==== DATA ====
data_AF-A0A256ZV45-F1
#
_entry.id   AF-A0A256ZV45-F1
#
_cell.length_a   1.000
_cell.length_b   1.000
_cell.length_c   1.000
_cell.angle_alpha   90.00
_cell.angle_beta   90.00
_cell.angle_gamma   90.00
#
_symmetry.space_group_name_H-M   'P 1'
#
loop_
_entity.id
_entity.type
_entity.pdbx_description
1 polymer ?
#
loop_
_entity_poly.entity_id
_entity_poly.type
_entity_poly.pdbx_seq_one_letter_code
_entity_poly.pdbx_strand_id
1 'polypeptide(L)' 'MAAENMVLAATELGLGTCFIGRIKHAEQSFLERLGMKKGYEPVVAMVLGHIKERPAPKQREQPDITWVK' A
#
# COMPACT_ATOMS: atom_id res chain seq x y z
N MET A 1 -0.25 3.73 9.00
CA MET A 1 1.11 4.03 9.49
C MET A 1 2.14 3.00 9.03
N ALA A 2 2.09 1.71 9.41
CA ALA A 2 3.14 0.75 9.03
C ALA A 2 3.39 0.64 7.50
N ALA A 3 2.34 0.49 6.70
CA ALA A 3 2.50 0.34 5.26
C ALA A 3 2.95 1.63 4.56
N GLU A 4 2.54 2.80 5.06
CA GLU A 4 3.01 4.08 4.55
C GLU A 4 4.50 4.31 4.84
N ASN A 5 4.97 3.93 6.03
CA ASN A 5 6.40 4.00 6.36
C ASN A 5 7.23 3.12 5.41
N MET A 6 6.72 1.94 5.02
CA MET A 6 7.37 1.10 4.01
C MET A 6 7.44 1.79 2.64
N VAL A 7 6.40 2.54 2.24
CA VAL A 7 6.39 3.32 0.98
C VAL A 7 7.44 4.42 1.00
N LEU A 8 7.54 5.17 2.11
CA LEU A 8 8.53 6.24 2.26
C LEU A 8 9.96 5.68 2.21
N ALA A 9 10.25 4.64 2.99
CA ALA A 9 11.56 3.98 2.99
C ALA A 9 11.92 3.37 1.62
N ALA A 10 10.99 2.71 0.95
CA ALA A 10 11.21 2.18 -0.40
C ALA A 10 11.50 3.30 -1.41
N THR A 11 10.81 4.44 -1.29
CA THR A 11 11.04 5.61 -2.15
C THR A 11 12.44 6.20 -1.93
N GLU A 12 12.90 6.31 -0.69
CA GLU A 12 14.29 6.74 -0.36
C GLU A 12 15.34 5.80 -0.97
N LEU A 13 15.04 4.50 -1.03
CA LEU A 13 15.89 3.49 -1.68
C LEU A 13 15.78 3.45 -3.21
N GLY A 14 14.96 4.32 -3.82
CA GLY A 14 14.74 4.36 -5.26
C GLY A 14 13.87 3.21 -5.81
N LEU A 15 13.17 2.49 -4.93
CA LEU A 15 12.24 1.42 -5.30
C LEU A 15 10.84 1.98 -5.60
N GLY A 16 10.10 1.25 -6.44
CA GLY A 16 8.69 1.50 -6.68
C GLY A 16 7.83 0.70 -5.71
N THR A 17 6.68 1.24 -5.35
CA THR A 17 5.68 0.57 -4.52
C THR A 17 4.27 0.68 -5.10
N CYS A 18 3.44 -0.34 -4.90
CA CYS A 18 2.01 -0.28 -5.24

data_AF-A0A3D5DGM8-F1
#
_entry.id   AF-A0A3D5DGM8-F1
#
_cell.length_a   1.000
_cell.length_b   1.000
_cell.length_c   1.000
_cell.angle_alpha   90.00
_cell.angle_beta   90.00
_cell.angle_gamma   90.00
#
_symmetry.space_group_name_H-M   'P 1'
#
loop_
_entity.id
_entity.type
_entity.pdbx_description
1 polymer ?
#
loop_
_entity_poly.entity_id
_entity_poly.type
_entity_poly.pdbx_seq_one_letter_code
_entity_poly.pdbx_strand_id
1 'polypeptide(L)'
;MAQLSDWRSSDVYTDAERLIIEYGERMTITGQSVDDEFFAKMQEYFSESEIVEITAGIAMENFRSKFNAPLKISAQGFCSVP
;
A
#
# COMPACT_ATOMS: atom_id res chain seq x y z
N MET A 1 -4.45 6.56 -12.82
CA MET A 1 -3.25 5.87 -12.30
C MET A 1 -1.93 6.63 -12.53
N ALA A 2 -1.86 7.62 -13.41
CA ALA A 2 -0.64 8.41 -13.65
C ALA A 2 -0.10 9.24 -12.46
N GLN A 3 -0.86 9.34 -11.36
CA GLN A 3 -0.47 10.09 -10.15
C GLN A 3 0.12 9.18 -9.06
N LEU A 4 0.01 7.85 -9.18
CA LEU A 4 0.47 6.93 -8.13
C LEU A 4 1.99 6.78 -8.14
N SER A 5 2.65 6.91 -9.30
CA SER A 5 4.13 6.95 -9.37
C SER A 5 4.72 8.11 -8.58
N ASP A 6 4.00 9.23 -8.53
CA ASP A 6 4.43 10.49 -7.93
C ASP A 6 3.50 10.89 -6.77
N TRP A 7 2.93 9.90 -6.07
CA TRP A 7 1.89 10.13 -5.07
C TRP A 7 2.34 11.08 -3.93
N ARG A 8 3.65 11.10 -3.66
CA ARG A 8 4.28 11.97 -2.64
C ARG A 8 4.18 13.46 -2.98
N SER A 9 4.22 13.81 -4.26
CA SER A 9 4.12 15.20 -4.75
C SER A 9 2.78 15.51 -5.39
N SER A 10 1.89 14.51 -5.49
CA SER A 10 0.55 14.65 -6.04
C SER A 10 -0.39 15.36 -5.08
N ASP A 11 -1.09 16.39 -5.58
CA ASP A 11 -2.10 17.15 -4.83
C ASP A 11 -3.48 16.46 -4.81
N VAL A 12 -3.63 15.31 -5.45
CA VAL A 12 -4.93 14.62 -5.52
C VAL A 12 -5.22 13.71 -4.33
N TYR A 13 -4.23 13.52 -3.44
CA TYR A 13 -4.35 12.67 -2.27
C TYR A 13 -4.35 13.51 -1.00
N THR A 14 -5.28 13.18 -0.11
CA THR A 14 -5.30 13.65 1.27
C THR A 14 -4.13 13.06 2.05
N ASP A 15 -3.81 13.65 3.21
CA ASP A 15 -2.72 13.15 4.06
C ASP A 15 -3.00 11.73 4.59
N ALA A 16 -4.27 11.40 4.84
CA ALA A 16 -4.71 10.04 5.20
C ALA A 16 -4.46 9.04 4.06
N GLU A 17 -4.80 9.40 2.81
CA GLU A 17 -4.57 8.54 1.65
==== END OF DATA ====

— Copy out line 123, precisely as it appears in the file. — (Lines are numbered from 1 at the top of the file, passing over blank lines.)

N SER A 5 2.65 6.91 -9.30